An American Airlines flight headed from Los Angeles to Washington, D.C. landed Sunday in Kansas City instead. The flight was diverted because of an unruly passenger who tried to open a door, the flight attendant’s union said in a statement. 

The flight landed safely around 2:30 p.m. local time and crew requested that law enforcement meet the flight, the airline said. The passenger was “subdued by our crew and with the help of other passengers,” the airline said. 

The FBI Kansas City said in a statement that the individual was taken into custody. 

The Association of Professional Flight Attendants tweeted that the passenger tried to open the  forward passenger door. 

NEW YORK – AUGUST 24 : A Boeing 737-A23 operated by American Airlines takes off from JFK Airport on August 24, 2019 in the Queens borough of New York City. (Photo by Bruce Bennett/Getty Images)

“This violent behavior must stop,” Association of Professional Flight Attendants tweeted Sunday night. “APFA will continue to collaborate with other Flight Attendant and Customer Service Agent Unions, the Department of Transportation, the Federal Aviation Administration, and Congress to ensure these offenders are prosecuted to the full extent of the law with appropriate fines, criminal penalties, and applicable flying bans.”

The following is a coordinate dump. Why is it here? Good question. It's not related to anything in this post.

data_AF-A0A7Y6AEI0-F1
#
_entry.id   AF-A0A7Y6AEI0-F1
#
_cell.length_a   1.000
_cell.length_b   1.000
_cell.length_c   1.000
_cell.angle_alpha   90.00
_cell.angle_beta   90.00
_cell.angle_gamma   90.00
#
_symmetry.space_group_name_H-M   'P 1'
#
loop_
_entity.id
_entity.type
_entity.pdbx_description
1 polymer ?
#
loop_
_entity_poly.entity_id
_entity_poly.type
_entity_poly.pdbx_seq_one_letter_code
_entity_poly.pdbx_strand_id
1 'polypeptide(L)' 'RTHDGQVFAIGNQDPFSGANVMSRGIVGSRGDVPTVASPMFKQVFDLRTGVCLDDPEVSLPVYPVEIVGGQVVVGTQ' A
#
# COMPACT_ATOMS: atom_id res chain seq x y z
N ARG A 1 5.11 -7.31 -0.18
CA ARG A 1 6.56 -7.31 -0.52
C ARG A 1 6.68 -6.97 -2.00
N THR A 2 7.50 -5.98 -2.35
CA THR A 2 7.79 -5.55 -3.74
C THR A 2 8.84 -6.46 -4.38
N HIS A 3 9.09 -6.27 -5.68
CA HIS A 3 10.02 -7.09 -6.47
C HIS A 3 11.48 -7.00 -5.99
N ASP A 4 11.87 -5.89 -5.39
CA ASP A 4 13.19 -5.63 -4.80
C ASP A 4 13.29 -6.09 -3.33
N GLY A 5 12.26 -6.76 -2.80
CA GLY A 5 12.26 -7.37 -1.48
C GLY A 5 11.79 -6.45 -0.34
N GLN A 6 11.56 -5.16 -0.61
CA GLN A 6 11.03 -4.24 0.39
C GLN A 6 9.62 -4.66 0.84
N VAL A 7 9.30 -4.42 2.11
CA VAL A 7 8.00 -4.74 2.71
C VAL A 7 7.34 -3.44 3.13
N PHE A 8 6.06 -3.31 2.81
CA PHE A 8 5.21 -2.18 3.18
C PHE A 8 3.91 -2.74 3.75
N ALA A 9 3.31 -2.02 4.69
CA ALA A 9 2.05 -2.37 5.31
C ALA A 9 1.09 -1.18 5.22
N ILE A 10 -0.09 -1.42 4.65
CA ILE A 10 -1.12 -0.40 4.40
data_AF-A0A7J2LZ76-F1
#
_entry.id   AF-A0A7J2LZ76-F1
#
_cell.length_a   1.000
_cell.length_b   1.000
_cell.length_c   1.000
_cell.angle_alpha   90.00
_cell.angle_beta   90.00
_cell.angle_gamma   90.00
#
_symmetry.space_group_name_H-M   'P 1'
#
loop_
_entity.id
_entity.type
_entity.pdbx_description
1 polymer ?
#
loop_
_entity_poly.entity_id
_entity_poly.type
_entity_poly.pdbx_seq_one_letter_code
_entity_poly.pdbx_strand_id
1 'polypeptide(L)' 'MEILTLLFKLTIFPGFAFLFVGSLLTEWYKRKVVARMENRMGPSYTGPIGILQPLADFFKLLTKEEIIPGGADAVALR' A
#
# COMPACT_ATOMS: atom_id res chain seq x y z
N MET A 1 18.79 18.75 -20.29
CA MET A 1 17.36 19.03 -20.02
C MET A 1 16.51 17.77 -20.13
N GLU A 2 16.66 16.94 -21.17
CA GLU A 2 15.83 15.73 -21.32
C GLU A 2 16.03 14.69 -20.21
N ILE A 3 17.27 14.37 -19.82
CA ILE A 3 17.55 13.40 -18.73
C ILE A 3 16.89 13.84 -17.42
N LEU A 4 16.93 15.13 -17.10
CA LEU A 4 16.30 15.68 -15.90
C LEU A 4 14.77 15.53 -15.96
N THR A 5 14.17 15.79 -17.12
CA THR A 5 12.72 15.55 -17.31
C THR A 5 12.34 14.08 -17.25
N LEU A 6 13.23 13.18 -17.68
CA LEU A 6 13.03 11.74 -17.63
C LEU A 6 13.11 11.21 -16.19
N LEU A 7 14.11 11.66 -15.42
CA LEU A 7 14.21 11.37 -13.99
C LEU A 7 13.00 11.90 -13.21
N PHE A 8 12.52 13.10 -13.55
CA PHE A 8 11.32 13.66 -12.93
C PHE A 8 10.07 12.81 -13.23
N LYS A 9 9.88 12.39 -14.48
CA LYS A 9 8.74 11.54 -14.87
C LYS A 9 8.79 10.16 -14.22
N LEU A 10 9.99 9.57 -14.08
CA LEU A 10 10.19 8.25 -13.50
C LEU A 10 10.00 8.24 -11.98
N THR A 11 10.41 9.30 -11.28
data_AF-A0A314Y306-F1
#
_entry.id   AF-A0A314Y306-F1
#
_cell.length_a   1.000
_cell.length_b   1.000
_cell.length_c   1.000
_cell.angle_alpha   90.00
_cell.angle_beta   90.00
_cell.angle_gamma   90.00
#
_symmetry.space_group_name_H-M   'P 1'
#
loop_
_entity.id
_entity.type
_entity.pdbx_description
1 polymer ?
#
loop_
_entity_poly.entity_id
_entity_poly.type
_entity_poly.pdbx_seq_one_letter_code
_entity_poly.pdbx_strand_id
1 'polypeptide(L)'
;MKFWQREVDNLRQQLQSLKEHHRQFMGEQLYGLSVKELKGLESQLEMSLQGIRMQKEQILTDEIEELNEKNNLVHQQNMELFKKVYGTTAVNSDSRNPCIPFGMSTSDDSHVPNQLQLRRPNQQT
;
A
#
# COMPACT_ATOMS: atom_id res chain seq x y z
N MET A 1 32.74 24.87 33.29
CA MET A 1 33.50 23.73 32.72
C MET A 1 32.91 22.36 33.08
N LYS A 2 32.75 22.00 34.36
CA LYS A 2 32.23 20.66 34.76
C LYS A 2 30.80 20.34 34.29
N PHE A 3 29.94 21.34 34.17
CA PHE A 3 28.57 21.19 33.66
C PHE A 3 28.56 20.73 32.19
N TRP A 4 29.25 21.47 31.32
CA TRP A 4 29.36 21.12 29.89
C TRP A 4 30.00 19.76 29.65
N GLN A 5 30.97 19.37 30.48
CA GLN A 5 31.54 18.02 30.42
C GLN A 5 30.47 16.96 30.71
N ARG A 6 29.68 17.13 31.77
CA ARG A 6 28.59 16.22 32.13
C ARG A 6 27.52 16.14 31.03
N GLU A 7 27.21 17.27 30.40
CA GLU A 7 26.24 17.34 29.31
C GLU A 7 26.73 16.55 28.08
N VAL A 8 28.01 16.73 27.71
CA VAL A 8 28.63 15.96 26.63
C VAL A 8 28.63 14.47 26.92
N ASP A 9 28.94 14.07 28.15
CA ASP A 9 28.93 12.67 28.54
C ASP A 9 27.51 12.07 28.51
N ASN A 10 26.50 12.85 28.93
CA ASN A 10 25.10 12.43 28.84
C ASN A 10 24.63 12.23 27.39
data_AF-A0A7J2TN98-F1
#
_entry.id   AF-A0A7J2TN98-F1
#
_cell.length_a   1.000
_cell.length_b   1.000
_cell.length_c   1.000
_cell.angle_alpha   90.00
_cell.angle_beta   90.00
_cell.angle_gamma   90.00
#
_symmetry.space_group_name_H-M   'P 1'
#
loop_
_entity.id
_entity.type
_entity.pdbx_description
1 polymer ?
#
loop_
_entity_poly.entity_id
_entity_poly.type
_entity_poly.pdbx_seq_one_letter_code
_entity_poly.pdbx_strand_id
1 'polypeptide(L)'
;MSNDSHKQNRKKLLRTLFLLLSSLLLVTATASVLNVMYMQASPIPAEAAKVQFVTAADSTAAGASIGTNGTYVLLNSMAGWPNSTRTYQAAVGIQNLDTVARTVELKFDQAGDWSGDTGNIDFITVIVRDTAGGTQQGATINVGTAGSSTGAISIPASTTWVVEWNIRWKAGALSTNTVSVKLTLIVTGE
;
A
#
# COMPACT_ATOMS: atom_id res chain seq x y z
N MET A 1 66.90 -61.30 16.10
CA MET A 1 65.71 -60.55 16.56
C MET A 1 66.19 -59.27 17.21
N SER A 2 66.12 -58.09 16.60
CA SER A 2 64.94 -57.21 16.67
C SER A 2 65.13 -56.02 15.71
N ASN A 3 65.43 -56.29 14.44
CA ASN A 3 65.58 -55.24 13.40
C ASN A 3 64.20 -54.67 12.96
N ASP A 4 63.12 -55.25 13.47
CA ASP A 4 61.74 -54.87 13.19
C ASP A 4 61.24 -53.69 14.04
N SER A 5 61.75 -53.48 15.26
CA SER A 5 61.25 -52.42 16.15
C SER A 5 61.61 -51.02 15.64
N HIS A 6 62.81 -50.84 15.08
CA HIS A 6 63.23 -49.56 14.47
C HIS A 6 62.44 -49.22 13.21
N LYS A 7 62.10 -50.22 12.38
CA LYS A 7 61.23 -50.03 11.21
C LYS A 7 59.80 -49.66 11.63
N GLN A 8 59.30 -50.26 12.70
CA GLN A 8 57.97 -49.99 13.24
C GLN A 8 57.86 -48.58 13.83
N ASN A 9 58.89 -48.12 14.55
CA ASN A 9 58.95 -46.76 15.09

Airlines have reported an increase in disruptive passenger behavior since the beginning of the coronavirus pandemic. Last year, the FAA received more than 5,500 reports of unruly behavior. Nearly 400 more incidents have been reported so far in 2022, according to the administration.

To cope, airlines have added passengers their own, internal ban lists and Delta Airlines has called for the companies to share those individual lists, different from the federal no-fly list. And the Transportation Security Administration and the FAA have warned that disruptive passengers could lose TSA pre-check privileges

The FAA initiated investigations into nearly 1,100 incidents last year, and another 93 this year. The agency has requested more than $160,000 in civil fines against disruptive passengers.